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Gresham residents asked to OK tax measure

Public safety levy would replace monthly fee


Eighteen months ago, when the city of Gresham imposed a flat monthly fee to help fund police, fire and parks departments, the main thing city leaders heard from residents was that they wanted a proposal to vote on when the fee expired.

That time has come. The flat tax of $7.50 per person expires June 30, and a property tax increase appears on the May 20 ballot.

Gresham has no choice but to augment its budget for police, fire and parks because its property tax rate is one of the lowest in the state, locked in because of state tax measures, at $3.61 per $1,000 of assessed value.

That rate can’t be raised, but growth pressures on the city add up and resources are stretched to the limit, Mayor Shane Bemis said.

Portland’s property tax rate is about twice that of Gresham’s, but Gresham is getting Portland-size problems. With Gresham’s population on the rise and drastic cuts to city staff the last few years, without the flat tax the city would lose the equivalent of about 20 police officers, two fire stations and about a third of the parks maintenance crew, according to the city website. Gresham is already among the lowest cities in police per capita.

Other cities have faced the same problems as Gresham, though, so why is the city at such a critical juncture?

“Everything for us is the permanent rate at $3.61 per $1,000,” Bemis said, and the city hasn’t seen a property tax increase in 20 years.

“In between 1993, and fast forward to now, almost every single community in the Portland region has voted increases except Gresham,” he said.

Bemis took office in 2007 and said he worked all that year on a measure for voter approval that would have funded 30 new police officers. But it was the onset of the recession, and the measure was narrowly defeated.

The new tax would help maintain fire and police response times, keep all fire stations open, aid enforcement and prevention of gang activity, address crimes that impact neighborhood livability and maintain city parks, he said.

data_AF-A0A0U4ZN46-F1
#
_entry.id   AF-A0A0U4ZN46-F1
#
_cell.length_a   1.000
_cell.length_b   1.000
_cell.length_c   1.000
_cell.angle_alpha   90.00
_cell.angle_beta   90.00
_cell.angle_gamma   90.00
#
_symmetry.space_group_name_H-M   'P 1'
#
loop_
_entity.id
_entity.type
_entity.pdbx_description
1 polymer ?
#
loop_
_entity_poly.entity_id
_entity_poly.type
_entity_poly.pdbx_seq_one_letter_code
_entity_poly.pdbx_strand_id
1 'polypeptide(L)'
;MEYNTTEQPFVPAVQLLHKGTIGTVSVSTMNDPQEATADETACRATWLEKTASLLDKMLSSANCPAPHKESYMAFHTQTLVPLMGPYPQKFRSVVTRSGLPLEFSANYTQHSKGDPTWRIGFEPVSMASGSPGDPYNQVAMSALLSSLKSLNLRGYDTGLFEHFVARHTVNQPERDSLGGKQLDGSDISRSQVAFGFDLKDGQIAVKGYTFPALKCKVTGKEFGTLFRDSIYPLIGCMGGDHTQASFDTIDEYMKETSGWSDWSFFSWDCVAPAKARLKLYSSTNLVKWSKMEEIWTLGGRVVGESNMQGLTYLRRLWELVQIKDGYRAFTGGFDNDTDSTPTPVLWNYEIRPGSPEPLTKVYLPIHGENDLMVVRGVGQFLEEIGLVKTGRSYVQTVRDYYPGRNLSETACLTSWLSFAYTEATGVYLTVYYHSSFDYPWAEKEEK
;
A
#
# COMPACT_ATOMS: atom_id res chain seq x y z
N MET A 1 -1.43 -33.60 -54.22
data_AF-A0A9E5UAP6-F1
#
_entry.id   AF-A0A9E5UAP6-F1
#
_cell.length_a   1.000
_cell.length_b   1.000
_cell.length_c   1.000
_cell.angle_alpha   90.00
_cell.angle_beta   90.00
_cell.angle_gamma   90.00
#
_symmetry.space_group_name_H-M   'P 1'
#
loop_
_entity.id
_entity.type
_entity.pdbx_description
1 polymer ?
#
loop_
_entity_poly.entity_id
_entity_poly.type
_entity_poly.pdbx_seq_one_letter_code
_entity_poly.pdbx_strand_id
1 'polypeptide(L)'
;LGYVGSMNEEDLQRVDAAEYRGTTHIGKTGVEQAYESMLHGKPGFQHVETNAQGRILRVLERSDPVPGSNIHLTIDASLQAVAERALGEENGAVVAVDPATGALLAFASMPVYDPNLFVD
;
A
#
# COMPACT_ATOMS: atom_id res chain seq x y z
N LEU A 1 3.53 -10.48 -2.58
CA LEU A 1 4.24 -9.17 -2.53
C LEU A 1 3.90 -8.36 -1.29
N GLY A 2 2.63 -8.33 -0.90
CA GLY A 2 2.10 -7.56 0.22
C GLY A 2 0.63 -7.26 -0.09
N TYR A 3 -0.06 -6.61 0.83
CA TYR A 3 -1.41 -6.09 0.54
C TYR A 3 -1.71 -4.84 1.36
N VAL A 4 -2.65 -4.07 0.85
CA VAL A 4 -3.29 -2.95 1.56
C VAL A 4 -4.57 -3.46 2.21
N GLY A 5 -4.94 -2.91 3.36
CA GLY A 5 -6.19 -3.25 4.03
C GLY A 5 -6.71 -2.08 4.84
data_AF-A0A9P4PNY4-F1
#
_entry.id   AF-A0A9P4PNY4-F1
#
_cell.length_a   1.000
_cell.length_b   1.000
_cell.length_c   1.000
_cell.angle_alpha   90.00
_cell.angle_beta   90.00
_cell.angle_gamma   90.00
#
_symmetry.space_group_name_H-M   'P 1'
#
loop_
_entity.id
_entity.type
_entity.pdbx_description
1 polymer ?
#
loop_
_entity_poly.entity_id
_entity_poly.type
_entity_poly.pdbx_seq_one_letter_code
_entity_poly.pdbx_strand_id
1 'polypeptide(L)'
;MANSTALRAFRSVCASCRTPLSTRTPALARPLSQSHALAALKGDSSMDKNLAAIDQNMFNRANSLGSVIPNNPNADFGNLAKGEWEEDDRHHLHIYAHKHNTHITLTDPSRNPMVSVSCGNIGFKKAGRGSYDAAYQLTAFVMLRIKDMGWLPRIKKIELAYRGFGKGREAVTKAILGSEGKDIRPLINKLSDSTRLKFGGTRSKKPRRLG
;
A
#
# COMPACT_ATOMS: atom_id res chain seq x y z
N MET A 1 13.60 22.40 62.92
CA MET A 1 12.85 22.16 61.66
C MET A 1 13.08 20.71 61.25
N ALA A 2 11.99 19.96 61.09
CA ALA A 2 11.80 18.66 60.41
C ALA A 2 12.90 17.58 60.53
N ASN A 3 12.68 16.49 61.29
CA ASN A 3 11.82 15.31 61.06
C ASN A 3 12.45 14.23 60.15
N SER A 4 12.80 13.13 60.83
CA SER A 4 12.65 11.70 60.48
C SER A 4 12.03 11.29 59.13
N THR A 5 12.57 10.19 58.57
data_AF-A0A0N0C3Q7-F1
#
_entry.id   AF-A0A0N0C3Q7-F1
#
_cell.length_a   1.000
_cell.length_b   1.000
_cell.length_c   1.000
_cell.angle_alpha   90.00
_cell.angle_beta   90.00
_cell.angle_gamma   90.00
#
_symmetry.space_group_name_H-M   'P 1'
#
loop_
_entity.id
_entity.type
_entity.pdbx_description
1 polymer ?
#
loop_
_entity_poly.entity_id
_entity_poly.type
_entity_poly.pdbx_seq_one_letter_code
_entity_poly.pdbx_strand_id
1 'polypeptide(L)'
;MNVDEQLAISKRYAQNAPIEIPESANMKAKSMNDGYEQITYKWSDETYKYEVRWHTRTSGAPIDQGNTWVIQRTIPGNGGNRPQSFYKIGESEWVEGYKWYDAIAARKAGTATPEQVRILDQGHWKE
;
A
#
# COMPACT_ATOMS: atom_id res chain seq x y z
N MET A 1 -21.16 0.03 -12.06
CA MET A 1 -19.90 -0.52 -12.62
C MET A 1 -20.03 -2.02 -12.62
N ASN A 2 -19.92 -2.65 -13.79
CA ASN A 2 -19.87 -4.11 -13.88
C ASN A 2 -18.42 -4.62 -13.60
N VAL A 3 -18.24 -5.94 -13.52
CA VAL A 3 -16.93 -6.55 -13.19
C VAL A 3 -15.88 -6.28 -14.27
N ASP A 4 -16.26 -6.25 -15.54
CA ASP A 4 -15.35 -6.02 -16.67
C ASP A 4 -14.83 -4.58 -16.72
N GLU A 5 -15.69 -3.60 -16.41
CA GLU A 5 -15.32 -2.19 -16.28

The current flat rate of $7.50 raises about $5 million per year, Chambers said, while the proposed five-year levy, at $1.25 per $1,000 of taxable assess value of property, will bring in about $5.4 million. The current tax averages at about $90 per household, and the new levy averages to about $114 for the average single-family home.

The levy will be tax deductible for homeowners, Chambers said, while the flat tax is not.

Chambers said 95 percent of the levy will go to police and fire, and 5 percent will go to parks.

The passing of the flat tax back in 2012 was the result of the Gresham City Council’s Long Term Revenue Roadmap, which aimed to stabilize funding for police, fire and parks that had been “threatened and contained since the adoption of Oregon’s property tax reform measures in the 1990s,” according to a city staff report for the council’s Feb. 18 meeting, when the council voted to approve the property levy measure for the ballot.

The report goes on to state what staff found during numerous public meetings on the flat tax in 2012, that many people wanted any fees to be capped and temporary, and were “interested in seeing a more conventional tool, such as a property tax levy, as an alternative.”

The council passed the flat tax in December 2012 and instructed staff to come back with a plan for a more permanent solution, and after more public outreach and financial analysis, council directed staff to put the current levy on the ballot.

In its report, staff concluded:

“Finding a successful replacement revenue mechanism for the expiring fee is critical to maintaining Gresham’s public safety services and livability,” it states. “Successful approval of a 5-year property tax levy would add enhanced financial stability to critical city services...”

If approved by voters, at the end of five years the measure would go up again for voter approval, but Bemis hopes it passes. Here’s how he put it in his State of the City address Feb. 12.

“Gresham has arrived at the most important defining moment of our era,” Bemis said. “We are unwilling to watch other areas of the region push gang activity and poverty our direction, without assembling the necessary tools to address those issues. Generations before us have pulled together as a community to build this city, and our time has now come to make our own investments.”